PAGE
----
IC: Kevin worked on Jagged Alliance 2 as well, and we enjoyed working together. He is unbelievably quick to zero in on the exact mood for every piece, and the quality of his compositions is top-notch. He's really captured the "epic" feel of Wizardry. Having his music in our game is a big plus.

GS: What kind of progress have you made in finding a publisher for the game? When can we expect to hear more about an official release date?

IC: Well, the whole publishing side of things is so complex. We've worked too long and hard on this product to simply give it away. As you know, a successful game doesn't just depend on the quality of the game, but the marketing effort involved. We need a marketing commitment that is commensurate with the quality of the game we've developed, or nobody wins. Obviously, we have been in negotiations for a while, but until a deal is signed, it doesn't do any good to speculate.

GS: Now that Wizardry 8 is mostly complete, what will the team work on next? Is there a Wizardry 9 in the works? If so, can you tell us a little more about it?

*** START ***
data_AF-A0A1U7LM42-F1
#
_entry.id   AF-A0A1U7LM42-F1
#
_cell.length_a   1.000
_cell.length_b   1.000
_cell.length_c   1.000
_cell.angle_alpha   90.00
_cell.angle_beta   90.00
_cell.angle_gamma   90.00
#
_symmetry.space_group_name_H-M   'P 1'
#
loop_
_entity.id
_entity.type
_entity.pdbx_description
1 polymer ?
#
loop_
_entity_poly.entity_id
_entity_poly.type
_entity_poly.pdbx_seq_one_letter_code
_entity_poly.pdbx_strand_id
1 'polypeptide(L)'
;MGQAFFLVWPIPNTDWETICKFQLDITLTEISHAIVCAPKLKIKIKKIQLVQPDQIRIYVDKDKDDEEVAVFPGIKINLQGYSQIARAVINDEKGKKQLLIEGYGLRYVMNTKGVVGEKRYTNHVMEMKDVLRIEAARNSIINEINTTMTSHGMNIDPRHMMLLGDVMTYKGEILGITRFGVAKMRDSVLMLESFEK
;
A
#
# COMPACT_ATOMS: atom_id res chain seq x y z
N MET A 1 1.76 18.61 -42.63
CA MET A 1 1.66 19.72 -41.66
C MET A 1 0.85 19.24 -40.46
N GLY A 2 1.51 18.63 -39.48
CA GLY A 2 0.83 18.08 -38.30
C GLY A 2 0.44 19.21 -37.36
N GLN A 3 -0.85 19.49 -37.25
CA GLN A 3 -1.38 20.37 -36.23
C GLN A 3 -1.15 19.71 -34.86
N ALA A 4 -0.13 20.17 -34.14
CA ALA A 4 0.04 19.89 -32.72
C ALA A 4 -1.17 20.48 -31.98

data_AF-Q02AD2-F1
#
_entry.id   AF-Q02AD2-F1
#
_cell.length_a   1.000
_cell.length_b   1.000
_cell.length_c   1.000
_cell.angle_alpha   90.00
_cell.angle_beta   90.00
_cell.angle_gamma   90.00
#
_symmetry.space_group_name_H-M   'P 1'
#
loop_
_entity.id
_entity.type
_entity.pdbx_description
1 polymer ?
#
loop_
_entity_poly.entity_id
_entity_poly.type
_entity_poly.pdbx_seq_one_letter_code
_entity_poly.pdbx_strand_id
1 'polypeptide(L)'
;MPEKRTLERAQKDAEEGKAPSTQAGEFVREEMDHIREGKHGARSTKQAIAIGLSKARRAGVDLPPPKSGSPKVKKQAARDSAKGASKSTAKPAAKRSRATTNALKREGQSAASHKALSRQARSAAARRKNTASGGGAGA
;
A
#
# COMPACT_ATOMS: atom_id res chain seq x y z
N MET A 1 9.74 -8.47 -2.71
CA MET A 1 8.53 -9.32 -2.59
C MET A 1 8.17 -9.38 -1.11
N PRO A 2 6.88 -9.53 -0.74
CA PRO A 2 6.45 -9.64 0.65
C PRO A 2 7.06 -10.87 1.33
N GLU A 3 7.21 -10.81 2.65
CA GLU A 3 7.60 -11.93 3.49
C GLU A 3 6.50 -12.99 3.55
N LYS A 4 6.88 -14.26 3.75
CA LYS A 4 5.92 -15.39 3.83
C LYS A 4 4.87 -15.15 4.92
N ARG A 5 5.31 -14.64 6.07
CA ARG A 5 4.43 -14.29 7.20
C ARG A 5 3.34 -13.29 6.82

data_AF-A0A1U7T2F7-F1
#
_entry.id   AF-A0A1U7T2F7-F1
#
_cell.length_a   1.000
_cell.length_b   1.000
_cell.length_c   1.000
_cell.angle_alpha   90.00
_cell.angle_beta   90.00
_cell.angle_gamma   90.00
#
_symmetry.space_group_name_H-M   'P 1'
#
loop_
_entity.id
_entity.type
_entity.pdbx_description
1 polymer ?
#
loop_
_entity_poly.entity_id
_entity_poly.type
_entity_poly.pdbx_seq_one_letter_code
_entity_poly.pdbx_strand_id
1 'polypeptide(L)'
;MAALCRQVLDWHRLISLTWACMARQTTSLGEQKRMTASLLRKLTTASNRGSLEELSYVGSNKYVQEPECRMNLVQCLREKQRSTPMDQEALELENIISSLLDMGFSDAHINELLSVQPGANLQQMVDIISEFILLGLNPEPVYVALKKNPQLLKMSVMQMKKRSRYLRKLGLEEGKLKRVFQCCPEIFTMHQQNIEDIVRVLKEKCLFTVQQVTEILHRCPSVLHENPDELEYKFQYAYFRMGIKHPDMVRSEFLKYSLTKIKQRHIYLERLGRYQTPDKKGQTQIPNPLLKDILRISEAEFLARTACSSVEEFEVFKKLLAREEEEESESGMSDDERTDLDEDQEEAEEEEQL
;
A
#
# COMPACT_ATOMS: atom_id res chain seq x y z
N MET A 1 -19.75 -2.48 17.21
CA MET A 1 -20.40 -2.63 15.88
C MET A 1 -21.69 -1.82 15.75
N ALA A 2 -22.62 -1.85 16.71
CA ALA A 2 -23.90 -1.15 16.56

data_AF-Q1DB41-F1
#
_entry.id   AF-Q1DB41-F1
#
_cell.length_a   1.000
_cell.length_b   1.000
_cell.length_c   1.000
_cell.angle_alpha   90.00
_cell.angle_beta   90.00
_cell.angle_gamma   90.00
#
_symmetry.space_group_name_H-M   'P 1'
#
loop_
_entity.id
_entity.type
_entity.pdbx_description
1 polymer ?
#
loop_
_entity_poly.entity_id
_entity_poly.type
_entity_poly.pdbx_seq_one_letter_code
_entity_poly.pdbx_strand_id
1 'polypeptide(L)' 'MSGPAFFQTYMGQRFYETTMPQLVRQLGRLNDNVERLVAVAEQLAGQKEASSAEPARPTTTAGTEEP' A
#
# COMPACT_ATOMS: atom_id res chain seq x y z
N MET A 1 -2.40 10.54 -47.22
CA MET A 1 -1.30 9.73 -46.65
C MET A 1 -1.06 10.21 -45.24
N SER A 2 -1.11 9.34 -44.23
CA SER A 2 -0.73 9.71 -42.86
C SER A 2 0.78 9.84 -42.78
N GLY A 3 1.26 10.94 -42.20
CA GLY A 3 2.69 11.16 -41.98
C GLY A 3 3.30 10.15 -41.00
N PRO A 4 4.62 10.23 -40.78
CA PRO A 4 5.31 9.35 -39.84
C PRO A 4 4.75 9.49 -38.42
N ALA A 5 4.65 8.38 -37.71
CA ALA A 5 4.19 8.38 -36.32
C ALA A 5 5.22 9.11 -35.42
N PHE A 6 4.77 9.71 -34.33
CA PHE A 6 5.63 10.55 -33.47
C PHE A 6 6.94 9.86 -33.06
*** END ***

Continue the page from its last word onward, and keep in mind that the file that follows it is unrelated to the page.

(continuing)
IC: Well, we're very ambitious, and we're trying to plan things smartly. Wizardry 9 is already in the works. We've mapped out a lot of the design already, and we're already starting initial plans for some drastic technological and gameplay changes for Wizardry 10. Our goal is to start production on Wiz 9 as soon as the design is wrapped up and simultaneously start R&D on Wizardry 10.

GS: Is there anything else you'd like to add?

IC: Did I mention how great Wizardry 8 is? Make sure you try the demo!

GS: Thanks for your time.

XTR: Hello, Linda, can you tell us about your way to and through your buisness. How much your childhood influenced you onto game industry?